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Will Iran challenge Russian interests in European natural gas market?

Iranian gas exports have been held back not only by sanctions, but also by Iran's lack of energy infrastructure and the country's domestic calculations.
EDITORS' NOTE:  Reuters and other foreign media are subject to Iranian restrictions on their ability to film or take pictures in Tehran.

The SPQ1 gas platform is seen on the southern edge of Iran's South Pars gas field in the Gulf, off Assalouyeh, 1,000 km (621 miles) south of Tehran, January 26, 2011. Picture taken January 26.  REUTERS/Caren Firouz (IRAN - Tags: BUSINESS ENERGY) - RTXX59M

Statements by Iranian officials on Tehran’s intentions to enter the European gas market still remain part of the political game played by Islamic Republic authorities to make the West more inclined to lift sanctions and restore its economic ties with Iran. To date, however, these statements seem to have had more effect on the behavior of the Russian government and its hydrocarbon companies than on European companies.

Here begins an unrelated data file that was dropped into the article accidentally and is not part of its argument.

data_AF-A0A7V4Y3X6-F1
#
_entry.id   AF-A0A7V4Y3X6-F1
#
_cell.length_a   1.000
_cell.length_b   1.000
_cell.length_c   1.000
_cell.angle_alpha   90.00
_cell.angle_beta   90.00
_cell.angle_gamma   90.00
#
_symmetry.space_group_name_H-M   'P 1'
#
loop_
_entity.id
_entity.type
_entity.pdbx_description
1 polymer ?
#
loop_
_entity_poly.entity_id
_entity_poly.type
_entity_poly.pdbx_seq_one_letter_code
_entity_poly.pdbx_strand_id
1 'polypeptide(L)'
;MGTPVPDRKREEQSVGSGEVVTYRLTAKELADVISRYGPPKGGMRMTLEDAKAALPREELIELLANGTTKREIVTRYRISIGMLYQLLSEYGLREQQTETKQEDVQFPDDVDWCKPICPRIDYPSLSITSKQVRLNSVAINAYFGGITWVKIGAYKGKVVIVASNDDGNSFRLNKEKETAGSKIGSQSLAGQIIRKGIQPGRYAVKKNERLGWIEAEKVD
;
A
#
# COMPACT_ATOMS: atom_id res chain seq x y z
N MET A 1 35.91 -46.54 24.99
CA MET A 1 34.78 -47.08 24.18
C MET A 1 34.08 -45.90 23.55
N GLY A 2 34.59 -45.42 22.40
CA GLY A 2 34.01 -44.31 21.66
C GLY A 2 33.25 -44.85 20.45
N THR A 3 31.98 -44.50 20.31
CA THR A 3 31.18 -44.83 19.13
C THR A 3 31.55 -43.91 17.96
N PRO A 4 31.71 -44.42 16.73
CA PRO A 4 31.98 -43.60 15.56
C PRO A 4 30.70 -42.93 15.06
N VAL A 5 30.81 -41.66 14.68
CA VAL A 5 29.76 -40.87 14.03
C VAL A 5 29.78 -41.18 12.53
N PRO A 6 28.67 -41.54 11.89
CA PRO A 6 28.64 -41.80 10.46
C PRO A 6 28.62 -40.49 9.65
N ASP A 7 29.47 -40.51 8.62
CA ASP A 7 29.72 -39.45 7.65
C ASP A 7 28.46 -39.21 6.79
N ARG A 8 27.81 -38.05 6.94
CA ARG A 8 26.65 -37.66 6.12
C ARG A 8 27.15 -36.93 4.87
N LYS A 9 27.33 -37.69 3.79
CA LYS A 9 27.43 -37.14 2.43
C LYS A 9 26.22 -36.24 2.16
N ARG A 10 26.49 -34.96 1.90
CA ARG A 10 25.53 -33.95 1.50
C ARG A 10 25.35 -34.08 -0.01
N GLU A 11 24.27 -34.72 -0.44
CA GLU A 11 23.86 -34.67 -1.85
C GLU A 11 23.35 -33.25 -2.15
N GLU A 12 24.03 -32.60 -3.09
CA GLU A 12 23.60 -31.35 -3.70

Since the late 1990s, Iranian authorities have been promising to help European countries decrease their dependence on gas supplies from Russia. Between 2006 and 2015, at the least, international sanctions were a major obstacle blocking implementation of projects that were supposed to ensure Iran’s access to the European gas market. European corporations, fearing being hit by Western sanctions, did not dare to develop a presence in the Iranian oil and gas sector beyond mere talks and discussions. Nevertheless, the adoption of the Joint Comprehensive Plan of Action and the beginnings of a gradual lifting of limits on cooperation with Iran clearly demonstrated that the core of the issue was not rooted exclusively in the sanctions but rather also involved Iran's energy infrastructure. Iranian natural gas still will not reach the European Union market in the medium term.

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